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Old 04-01-2010, 03:28 PM
 
Location: Planet Eaarth
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I retired from Caterpillar (one of the big three that were mentioned in the linked story) and can tell you that the day the HCL was signed into law I received a letter from Cat threatening to suspend both my pension and medical benefits. This could only mean that the letters were printed up and mailed well in advance of the signing date!!
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Old 04-01-2010, 03:59 PM
 
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Originally Posted by Tightwad View Post
I retired from Caterpillar (one of the big three that were mentioned in the linked story) and can tell you that the day the HCL was signed into law I received a letter from Cat threatening to suspend both my pension and medical benefits. This could only mean that the letters were printed up and mailed well in advance of the signing date!!
And just because they are not allowed to deduct a federal subsidy received from their taxes. You get money from the government and then get more money by using it as a deduction. Unreal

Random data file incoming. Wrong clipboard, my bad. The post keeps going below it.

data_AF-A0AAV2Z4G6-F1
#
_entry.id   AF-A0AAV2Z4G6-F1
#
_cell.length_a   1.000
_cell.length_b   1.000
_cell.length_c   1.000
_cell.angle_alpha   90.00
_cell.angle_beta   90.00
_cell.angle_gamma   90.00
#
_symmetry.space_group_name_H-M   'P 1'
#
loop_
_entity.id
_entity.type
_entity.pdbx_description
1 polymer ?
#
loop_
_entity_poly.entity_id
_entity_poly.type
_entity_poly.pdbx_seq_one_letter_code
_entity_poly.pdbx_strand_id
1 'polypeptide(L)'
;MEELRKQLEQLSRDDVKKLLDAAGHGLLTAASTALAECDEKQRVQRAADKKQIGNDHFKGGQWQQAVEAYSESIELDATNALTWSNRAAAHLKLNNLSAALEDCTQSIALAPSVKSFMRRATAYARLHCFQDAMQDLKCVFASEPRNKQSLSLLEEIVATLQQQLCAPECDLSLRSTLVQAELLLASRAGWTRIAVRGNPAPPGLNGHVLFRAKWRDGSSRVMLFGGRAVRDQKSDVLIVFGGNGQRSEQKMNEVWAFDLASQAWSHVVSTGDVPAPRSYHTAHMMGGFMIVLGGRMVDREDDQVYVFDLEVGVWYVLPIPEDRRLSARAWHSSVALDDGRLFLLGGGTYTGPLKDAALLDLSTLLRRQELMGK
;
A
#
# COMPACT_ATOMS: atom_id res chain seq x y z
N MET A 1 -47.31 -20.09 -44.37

Now, help me understand, how does HCL impact pension benefits?
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Old 04-02-2010, 06:52 PM
 
Location: Planet Eaarth
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Quote:
Originally Posted by Jaggy001 View Post

Now, help me understand, how does HCL impact pension benefits?
It's not supposed to but this company has a history of using threats against employees to get it's way.

Will it impact my pension? Yes, maybe. Knowing the history of this company and how it think/acts if they don't get their way with medical you can bet they will find a way to take from the pension funds. Oh yes, that's not sour grapes either. Whenever they mention something in short order there after action takes place.
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Old 04-02-2010, 07:57 PM
 
Location: Vermont
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Quote:
Originally Posted by Jaggy001 View Post